With the third and final presidential debate behind us (finally!), I wanted to relate a story.
I voted already. The early voting here began last Wednesday, and Friday I made my way to the local early polling place around lunchtime, the sky a beautiful blue and the sun shining warmly among the freshly fallen leaves.
But voting was kind of strange. Here I was, standing in line with three dozen other people, and somehow all of us were laughing and joking and chatting, both with people we knew and people we didn't. Holding doors for others. Holding someone's place in line, even if we'd never seen that person before.
And yet the thing we'd all come there to do seems to be the most divisive thing in history.
It's all the more poignant that we were early voters - the ones who have already made up our minds, the ones who do not need to wait for the candidates to debate. We are perhaps the most fiery, the most stubborn, the most convinced (if not convincing). But we treated one another like the neighbors we are, warmly and with respect. Perhaps it is telling that we didn't actually discuss the election itself, but instead how many local candidates there were, or whether it was too early for a flu shot, or if we'd seen each other around town lately.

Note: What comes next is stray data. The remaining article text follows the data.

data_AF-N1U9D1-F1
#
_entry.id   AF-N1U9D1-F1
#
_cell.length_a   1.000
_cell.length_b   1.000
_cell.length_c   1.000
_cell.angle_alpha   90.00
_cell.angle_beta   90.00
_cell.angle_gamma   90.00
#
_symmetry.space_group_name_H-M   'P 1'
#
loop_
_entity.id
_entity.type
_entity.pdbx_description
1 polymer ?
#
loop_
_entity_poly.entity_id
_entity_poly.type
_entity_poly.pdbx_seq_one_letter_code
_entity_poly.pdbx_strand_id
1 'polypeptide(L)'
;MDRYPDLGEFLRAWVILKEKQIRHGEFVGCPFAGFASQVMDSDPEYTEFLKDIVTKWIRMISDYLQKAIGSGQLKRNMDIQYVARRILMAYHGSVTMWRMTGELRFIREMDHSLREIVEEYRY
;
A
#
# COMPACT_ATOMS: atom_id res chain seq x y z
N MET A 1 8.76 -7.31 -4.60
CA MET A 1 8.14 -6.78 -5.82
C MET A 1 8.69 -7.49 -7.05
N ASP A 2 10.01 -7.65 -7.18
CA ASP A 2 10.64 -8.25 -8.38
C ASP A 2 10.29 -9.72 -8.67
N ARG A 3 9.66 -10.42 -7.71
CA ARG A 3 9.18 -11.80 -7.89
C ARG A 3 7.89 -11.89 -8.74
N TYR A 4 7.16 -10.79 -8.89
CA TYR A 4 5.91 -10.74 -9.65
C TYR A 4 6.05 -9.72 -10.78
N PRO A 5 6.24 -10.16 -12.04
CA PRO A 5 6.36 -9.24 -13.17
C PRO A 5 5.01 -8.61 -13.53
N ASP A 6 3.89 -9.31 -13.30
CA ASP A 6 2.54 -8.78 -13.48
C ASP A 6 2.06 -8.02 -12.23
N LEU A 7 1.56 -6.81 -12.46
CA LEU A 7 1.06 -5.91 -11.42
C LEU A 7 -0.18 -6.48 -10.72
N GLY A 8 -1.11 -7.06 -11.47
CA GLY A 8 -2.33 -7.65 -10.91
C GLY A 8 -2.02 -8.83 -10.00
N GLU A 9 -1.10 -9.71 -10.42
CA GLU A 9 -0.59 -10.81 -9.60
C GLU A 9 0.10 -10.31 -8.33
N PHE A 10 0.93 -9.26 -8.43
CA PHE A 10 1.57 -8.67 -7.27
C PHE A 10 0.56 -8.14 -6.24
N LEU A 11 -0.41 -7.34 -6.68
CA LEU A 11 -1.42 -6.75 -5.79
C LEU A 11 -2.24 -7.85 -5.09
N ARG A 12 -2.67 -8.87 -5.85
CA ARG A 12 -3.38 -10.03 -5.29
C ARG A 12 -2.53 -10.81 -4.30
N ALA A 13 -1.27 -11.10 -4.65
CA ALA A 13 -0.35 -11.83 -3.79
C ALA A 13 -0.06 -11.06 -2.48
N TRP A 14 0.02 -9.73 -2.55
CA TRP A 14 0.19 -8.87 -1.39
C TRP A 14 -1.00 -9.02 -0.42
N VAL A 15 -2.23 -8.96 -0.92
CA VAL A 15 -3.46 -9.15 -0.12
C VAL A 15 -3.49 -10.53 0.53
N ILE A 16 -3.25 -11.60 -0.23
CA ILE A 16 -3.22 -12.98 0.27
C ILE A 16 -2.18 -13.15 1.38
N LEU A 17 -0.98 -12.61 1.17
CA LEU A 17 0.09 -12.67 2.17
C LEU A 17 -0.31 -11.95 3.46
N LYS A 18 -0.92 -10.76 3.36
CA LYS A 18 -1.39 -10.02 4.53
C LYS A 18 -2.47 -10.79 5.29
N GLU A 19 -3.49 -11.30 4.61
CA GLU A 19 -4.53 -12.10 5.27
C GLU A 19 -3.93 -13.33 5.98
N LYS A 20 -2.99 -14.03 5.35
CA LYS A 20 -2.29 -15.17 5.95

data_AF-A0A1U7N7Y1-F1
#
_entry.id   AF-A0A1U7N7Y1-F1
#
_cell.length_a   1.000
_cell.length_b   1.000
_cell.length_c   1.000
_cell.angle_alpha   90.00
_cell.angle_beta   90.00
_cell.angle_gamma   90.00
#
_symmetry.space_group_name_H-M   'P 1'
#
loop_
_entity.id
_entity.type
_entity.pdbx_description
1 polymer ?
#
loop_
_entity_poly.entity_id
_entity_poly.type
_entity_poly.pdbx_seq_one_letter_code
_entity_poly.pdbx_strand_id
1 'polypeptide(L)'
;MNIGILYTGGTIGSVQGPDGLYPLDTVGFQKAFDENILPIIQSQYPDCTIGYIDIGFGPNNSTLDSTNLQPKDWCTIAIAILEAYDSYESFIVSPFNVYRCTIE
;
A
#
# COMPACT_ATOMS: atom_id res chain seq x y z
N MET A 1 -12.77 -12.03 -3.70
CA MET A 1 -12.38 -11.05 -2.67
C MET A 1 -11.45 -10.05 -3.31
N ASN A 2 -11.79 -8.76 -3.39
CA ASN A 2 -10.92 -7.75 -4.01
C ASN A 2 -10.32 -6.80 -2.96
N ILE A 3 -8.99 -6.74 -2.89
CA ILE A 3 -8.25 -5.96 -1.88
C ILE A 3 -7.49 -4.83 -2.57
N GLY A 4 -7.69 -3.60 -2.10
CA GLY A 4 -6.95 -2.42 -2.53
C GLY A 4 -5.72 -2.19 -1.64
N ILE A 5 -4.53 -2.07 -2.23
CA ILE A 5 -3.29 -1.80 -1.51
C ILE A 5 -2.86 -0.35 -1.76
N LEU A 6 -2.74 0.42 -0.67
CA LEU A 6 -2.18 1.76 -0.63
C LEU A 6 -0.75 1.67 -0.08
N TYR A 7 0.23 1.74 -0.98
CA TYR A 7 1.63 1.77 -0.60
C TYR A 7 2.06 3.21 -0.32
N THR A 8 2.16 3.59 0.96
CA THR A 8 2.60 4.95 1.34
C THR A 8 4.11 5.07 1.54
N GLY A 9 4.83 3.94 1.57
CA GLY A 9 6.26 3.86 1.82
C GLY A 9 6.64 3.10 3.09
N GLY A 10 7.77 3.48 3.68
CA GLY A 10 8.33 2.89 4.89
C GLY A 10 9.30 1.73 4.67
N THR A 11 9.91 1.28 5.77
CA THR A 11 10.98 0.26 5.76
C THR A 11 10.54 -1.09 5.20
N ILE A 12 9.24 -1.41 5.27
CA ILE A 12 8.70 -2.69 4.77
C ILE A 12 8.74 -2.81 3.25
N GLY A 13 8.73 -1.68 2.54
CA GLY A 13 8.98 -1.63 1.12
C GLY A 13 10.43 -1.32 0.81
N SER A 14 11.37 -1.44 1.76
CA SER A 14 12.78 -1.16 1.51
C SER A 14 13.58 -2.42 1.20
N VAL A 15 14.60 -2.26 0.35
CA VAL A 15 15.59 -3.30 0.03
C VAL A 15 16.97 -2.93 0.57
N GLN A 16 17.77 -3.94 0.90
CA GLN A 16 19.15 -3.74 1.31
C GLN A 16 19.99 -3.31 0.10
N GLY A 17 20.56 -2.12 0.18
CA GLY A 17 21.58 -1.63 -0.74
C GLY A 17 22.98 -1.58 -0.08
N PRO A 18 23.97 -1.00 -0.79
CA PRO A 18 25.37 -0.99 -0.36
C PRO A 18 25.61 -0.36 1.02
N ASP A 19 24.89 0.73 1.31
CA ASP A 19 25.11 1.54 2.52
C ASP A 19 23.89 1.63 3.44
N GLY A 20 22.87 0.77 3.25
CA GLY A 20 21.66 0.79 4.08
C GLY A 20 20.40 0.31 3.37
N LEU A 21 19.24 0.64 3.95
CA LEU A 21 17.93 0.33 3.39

In the end, it was strange feeling that dichotomy. To know, firsthand, that we were there to purposely choose one or the other, to polarize the nation; and yet we were also human beings, not so polarized ourselves. It is an important lesson to remember: we are all human beings, no matter how much we disagree.
We are more the same than we are not.
2 days ago